I claim no ownership of the characters, or any aspect relating to My Little Pony: Friendship is Magic. That belongs to Hasbro.
The winds were blowing on a cool, crisp day. The trees as far as the eye could see turned into a vast pallet splotched with many different hues and shades of yellow and orange and red. The leaves fell off the trees, waving them goodbye as they swirled and danced in the chilly, forceful autumn air as the sun shined brightly on the orchards. The apples on the trees were big and bleeding out their colors as an explicit and irrefusable invitation to be picked and consumed in delight. The Macintoshes, the Fujis, the Galas all begging to be picked, for it was harvesting time and there were already windfalls. In fact most of Sweet Apple Acres’ orchards had been combed already. Many apples lay out in baskets to be sorted out for their respective destinations. Some were to be seeded, many others were to be used for the Apple family’s famous array of apple sweets from apple cider to apple fritters to candied apples and countless other products that never failed to sell like hotcakes. Still, many others were to be washed and carted to the market to be sold as is: Fresh apples so juicy they were to live and die for.
Sweet Apple Acres looked peaceful if you were to step in the gate to the farm, which was odd since you would think everypony would be busy bucking apples. The farmhouse stood in its industrious and rustic splendor as the shutters clapped to and fro, and the eaves creaked at the gust of the robust autumn gales. The earth on which it stood was soft and fragrant, giving away its incessant fertility that kept the family going as successful farmers. Outside the barn, a mound of the rich earth stood next to the hole that had been dug. In it was a sturdy specimen of apple wood, one of the finest on the farm. Dirt was being thrown onto it as the crowd of ponies gathered round and each threw in a clod of dirt, reluctantly at first but then with a sigh of inevitability and grief. The apple wood casket was nearly covered now.
Inside was the lifeless body of Granny Smith.
Her body rested on a series of simple clean cushions that supported her shrouded corpse. She looked as though she were at peace which was true for the most part. She died in her sleep the night before applebuck season had officially begun. As her casket was being swallowed up by the earth she dedicated her life to, a very dejected Applejack stood at the edge of the grave, removed her hat, and threw in a clod of dirt as she said a silent and final goodbye. She looked up at the rest of the family whom she hadn’t seen since Twilight Sparkle moved to Ponyville in the Apple family reunion, who had now come to pay their respects to their dear, beloved matriarch. Now passed into the fields she had worked all her life. Applejack lifted her head from her chest and began to speak.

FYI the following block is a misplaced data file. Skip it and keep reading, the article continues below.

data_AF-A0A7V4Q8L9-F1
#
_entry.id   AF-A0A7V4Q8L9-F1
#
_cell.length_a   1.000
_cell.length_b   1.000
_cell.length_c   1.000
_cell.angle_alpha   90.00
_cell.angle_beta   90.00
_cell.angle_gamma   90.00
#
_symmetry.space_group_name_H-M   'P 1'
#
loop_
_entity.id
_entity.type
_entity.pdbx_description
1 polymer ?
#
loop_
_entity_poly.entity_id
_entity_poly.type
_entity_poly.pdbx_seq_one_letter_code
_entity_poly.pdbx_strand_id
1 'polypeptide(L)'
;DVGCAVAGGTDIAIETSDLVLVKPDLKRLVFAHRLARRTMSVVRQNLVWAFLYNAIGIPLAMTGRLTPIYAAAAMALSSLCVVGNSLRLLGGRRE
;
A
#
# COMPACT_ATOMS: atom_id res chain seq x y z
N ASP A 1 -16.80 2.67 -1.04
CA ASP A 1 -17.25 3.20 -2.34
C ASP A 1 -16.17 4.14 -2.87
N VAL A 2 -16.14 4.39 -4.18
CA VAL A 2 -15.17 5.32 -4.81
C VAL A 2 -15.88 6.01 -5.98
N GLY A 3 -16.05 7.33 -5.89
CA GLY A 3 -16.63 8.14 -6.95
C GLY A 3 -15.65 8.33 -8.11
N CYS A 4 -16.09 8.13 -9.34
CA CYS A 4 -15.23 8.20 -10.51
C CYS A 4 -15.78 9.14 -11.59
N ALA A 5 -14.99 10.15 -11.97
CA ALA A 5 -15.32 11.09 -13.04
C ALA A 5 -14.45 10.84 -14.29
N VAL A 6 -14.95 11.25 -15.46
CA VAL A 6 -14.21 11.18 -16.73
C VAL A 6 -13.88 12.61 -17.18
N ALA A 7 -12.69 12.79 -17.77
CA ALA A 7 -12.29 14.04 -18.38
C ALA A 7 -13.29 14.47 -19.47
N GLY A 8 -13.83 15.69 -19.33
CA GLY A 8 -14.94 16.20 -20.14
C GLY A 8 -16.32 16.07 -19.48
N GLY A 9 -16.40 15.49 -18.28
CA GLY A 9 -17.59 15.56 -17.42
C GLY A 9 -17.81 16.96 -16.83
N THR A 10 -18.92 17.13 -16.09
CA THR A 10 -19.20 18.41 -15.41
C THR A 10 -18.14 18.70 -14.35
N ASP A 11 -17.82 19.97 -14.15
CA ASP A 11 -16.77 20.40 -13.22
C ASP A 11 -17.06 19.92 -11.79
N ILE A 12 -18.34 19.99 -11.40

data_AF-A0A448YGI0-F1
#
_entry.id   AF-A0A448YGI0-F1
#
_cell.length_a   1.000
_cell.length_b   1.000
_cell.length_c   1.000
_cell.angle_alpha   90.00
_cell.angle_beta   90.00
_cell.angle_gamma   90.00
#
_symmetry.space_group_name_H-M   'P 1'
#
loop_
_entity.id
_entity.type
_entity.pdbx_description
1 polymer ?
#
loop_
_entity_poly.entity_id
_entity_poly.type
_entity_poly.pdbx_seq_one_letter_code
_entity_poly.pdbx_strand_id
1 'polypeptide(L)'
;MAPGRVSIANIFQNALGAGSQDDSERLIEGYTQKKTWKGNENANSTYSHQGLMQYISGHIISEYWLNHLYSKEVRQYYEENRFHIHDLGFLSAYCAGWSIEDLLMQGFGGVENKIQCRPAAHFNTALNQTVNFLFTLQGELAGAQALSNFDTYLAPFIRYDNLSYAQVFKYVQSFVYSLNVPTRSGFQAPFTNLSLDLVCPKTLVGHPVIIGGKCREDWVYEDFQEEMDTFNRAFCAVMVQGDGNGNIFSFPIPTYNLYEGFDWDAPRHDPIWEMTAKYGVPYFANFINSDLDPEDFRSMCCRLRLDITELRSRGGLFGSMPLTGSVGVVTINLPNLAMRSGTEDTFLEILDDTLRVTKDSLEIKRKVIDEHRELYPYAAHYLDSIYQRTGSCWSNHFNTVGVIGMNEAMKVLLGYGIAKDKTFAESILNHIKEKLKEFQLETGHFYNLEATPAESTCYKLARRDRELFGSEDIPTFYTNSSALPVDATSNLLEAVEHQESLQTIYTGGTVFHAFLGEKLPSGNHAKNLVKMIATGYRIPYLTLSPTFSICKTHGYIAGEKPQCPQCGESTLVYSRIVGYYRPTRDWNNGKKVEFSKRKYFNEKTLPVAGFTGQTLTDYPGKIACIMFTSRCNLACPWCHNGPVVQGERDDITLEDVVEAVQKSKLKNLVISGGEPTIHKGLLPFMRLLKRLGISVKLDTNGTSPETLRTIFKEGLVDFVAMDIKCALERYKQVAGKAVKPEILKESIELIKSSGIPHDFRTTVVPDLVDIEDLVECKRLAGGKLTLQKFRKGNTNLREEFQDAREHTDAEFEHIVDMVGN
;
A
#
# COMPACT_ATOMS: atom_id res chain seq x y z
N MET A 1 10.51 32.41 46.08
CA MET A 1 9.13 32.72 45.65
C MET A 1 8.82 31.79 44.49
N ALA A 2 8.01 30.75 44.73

“I wanna thank y’all for comin’ out today.” She stopped, choking back a sob. “Granny would have been so happy to see everyone. I know she would have been ecstatic to see the farm on a beautiful day like today, and how thrilled she would have been to see such a crop this year...and…and…” She couldn’t continue. It was simply too much to see her beloved grandmother who taught her everything she knew being taken away from her by the earth. She nodded at the gravedigger, an old mule with a tired, sad look in his eyes. He took up his shovel and started to fill in the grave unobtrusively with the utmost respect and sympathy. The family started to walk back to the farmhouse when a little cream colored filly with a bow in her hair burst forth from the crowd and ran to the grave.
“Applebloom!” Big Macintosh held the filly back who struggled with tears in her eyes.
“NO!” she screamed pleadingly as the coffin sank deeper into the grave forever. “Granny! Don’t go! PLEASE!” Big Mac picked her up and took her away. She had seen enough. Pretty soon the gravedigger was finished. He wiped the sweat off his brow and patted down the mound of dirt.